Advocates: Immigrant Child Dispute Could Hurt GOP

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LINCOLN, Neb. Advocates for the unaccompanied immigrant children who were placed in Nebraska are warning that Gov. Dave Heineman's recent comments about the situation could hurt the Republican Party's efforts to win Hispanic voters.

The advocates on Friday accused the GOP governor and members of the congressional delegation of politicizing what they described as a humanitarian crisis. As many as 90,000 children are expected to cross the U.S.-Mexican border by the end of 2014, and federal officials say more than 200 are in Nebraska.

Heineman and members of the congressional delegation sent a letter to the federal government this week requesting more information about the children's whereabouts. The governor says he wants to ensure that people in the country illegally aren't receiving government benefits, and he voiced concerns about potential health risks.

Many of the undocumented children are coming from dangerous parts of Central America where there is political and economic turmoil.

Yolando Chavez Nuncio, a second generation Mexican American urged the public to, " rethink and listen to what you're hearing and believing about why mothers are choosing to send their kids here." She said, "They are not sending their children on vacations."

Activists met to work on sending a collective message as a unified voice: end the name-calling on both sides and work together to save the children who are coming to Nebraska. Unfortunately, that's easier said than done.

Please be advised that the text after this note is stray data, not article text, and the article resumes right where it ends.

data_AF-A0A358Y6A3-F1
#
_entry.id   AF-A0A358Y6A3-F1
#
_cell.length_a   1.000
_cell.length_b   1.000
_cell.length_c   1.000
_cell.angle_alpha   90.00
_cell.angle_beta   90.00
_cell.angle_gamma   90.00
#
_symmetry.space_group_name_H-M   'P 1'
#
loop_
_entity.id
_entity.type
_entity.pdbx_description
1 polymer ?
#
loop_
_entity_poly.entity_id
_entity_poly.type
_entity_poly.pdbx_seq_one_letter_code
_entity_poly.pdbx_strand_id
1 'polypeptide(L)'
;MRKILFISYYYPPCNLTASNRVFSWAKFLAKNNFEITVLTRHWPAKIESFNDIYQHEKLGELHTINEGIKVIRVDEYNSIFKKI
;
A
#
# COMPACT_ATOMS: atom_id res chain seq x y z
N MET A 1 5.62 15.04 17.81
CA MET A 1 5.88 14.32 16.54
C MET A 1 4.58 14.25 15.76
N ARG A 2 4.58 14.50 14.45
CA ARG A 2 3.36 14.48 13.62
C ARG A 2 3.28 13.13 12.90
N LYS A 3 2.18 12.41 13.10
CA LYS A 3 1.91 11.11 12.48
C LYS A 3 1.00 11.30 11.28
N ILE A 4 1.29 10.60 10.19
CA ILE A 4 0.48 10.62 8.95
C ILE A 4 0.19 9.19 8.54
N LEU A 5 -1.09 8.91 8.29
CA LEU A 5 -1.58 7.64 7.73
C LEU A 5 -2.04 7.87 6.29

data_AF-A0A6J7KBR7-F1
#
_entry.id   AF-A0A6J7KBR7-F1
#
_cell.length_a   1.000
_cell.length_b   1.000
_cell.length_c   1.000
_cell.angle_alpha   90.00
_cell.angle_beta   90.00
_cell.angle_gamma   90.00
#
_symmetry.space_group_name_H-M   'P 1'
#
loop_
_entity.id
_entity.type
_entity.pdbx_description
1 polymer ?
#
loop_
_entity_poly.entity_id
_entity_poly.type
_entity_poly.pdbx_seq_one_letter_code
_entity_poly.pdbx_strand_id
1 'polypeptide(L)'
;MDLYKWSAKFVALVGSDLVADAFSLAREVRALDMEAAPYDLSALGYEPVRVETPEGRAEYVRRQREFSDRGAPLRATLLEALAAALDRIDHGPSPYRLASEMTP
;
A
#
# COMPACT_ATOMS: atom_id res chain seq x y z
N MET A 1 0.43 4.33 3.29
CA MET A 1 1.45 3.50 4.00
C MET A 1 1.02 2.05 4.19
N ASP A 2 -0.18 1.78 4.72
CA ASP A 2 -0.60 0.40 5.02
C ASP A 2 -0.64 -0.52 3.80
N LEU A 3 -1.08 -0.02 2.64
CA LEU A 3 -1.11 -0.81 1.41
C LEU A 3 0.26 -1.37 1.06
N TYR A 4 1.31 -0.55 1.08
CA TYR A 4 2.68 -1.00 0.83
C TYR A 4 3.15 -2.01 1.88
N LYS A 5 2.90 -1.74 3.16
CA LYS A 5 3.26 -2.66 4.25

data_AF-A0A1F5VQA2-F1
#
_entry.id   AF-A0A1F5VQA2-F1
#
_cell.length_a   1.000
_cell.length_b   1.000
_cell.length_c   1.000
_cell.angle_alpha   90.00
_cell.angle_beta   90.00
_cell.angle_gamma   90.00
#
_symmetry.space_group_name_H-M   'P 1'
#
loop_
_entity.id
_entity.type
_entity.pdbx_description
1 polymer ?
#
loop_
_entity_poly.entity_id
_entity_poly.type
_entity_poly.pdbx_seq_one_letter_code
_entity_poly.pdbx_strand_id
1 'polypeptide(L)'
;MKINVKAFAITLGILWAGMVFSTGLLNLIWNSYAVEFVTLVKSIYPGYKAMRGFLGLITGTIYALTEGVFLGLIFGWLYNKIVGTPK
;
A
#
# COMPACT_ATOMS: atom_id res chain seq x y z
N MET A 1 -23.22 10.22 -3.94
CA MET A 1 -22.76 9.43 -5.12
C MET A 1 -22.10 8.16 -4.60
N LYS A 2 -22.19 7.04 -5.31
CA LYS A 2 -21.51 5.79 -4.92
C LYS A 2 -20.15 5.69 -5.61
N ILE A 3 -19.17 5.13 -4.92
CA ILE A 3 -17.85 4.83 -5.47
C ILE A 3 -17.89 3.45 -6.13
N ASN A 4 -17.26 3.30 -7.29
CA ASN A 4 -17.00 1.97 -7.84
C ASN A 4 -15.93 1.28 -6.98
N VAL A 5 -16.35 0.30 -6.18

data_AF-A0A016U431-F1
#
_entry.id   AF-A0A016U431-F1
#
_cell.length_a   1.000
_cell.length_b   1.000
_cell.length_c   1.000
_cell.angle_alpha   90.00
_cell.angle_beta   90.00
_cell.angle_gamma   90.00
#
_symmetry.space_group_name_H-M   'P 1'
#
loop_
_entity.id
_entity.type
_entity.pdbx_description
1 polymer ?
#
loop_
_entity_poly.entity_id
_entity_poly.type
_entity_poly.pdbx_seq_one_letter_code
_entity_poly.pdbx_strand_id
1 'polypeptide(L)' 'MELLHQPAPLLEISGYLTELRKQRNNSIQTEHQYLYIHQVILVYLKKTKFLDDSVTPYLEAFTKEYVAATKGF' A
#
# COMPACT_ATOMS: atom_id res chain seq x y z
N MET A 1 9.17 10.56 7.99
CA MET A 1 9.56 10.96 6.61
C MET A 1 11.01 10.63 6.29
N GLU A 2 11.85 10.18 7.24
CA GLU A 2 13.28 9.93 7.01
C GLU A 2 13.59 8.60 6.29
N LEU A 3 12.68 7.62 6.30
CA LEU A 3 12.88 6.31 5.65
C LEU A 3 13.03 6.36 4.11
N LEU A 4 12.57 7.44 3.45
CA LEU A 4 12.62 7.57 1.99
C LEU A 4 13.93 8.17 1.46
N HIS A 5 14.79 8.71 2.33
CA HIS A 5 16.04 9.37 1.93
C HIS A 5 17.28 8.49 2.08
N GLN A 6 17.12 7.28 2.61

Ben Salazar, a community activist, did say he was misquoted and he never called the Governor a "racist."

"I may have used the word bigot," said Salazar.

Marty Ramirez, a Mexican American Citizen who served in Vietnam spoke today and also said, "Shame on government officials who hide behind their own agenda."

Senator Ernie Chambers also spoke and said he is the "defender of the downtrodden" for these children.

Activists expressed outrage and disappointment because they say the governor is leading the state astray...and they say he doesn't understand HIPPA laws.

Shirl Mora, a civil-rights attorney in the state spoke today and she said that the governer needs to "get proper legal counsel from his attorneys before he goes half cock about children," said Mora.

Many of the activists say they are beginning to organize a legal team to represent some of these children, if it's necessary. Shirl Mora, is one of the attorney's ready to defend these children.

The organization is also gathering donations for refugee children and families.

La Casa del Pueblo, a 501 c (3) Organization will be accepting donations on behalf of the children and accompanying adults who are being housed in temporary detention centers along the southern border.

If you'd like to know more about how to donate, contact Ben Salazar at 402-731-6210 or 402-212-7346. They are accepting clothing,shoes, general supplies, hygiene items and any medical supplies. The point of collection is 5941S. 25th St. Omaha.